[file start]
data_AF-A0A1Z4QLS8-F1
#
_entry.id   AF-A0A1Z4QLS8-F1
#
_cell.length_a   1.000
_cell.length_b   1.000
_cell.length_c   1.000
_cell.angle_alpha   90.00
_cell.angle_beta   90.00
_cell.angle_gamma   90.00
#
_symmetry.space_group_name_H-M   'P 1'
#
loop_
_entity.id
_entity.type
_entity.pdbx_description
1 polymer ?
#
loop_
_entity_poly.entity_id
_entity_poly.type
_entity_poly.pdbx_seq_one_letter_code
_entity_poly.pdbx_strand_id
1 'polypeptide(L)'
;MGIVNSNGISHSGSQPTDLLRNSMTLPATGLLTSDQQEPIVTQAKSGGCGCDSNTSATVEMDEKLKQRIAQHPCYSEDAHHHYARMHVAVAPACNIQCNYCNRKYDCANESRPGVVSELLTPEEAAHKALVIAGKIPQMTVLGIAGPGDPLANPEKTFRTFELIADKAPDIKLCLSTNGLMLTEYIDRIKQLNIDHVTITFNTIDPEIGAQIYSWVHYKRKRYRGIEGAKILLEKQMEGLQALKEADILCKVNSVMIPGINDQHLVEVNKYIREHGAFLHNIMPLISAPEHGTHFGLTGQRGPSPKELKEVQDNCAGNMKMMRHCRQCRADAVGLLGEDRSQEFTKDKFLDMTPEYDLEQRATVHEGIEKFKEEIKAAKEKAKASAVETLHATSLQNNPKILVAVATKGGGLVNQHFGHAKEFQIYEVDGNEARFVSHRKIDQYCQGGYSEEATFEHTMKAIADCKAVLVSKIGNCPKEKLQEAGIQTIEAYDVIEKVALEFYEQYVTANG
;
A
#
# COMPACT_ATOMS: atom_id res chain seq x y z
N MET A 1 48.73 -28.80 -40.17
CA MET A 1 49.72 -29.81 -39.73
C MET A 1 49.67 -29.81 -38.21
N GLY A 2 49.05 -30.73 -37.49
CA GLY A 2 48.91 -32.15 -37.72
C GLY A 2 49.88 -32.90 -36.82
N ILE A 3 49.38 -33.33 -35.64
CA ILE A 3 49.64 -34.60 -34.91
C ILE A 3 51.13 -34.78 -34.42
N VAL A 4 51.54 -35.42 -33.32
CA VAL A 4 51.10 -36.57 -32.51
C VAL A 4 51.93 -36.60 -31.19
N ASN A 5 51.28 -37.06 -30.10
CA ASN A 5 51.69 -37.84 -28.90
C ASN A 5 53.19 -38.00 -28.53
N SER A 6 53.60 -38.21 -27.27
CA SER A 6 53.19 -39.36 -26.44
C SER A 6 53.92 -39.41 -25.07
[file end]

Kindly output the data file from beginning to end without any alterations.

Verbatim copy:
data_AF-A0A1Z4QLS8-F1
#
_entry.id   AF-A0A1Z4QLS8-F1
#
_cell.length_a   1.000
_cell.length_b   1.000
_cell.length_c   1.000
_cell.angle_alpha   90.00
_cell.angle_beta   90.00
_cell.angle_gamma   90.00
#
_symmetry.space_group_name_H-M   'P 1'
#
loop_
_entity.id
_entity.type
_entity.pdbx_description
1 polymer ?
#
loop_
_entity_poly.entity_id
_entity_poly.type
_entity_poly.pdbx_seq_one_letter_code
_entity_poly.pdbx_strand_id
1 'polypeptide(L)'
;MGIVNSNGISHSGSQPTDLLRNSMTLPATGLLTSDQQEPIVTQAKSGGCGCDSNTSATVEMDEKLKQRIAQHPCYSEDAHHHYARMHVAVAPACNIQCNYCNRKYDCANESRPGVVSELLTPEEAAHKALVIAGKIPQMTVLGIAGPGDPLANPEKTFRTFELIADKAPDIKLCLSTNGLMLTEYIDRIKQLNIDHVTITFNTIDPEIGAQIYSWVHYKRKRYRGIEGAKILLEKQMEGLQALKEADILCKVNSVMIPGINDQHLVEVNKYIREHGAFLHNIMPLISAPEHGTHFGLTGQRGPSPKELKEVQDNCAGNMKMMRHCRQCRADAVGLLGEDRSQEFTKDKFLDMTPEYDLEQRATVHEGIEKFKEEIKAAKEKAKASAVETLHATSLQNNPKILVAVATKGGGLVNQHFGHAKEFQIYEVDGNEARFVSHRKIDQYCQGGYSEEATFEHTMKAIADCKAVLVSKIGNCPKEKLQEAGIQTIEAYDVIEKVALEFYEQYVTANG
;
A
#
# COMPACT_ATOMS: atom_id res chain seq x y z
N MET A 1 48.73 -28.80 -40.17
CA MET A 1 49.72 -29.81 -39.73
C MET A 1 49.67 -29.81 -38.21
N GLY A 2 49.05 -30.73 -37.49
CA GLY A 2 48.91 -32.15 -37.72
C GLY A 2 49.88 -32.90 -36.82
N ILE A 3 49.38 -33.33 -35.64
CA ILE A 3 49.64 -34.60 -34.91
C ILE A 3 51.13 -34.78 -34.42
N VAL A 4 51.54 -35.42 -33.32
CA VAL A 4 51.10 -36.57 -32.51
C VAL A 4 51.93 -36.60 -31.19
N ASN A 5 51.28 -37.06 -30.10
CA ASN A 5 51.69 -37.84 -28.90
C ASN A 5 53.19 -38.00 -28.53
N SER A 6 53.60 -38.21 -27.27
CA SER A 6 53.19 -39.36 -26.44
C SER A 6 53.92 -39.41 -25.07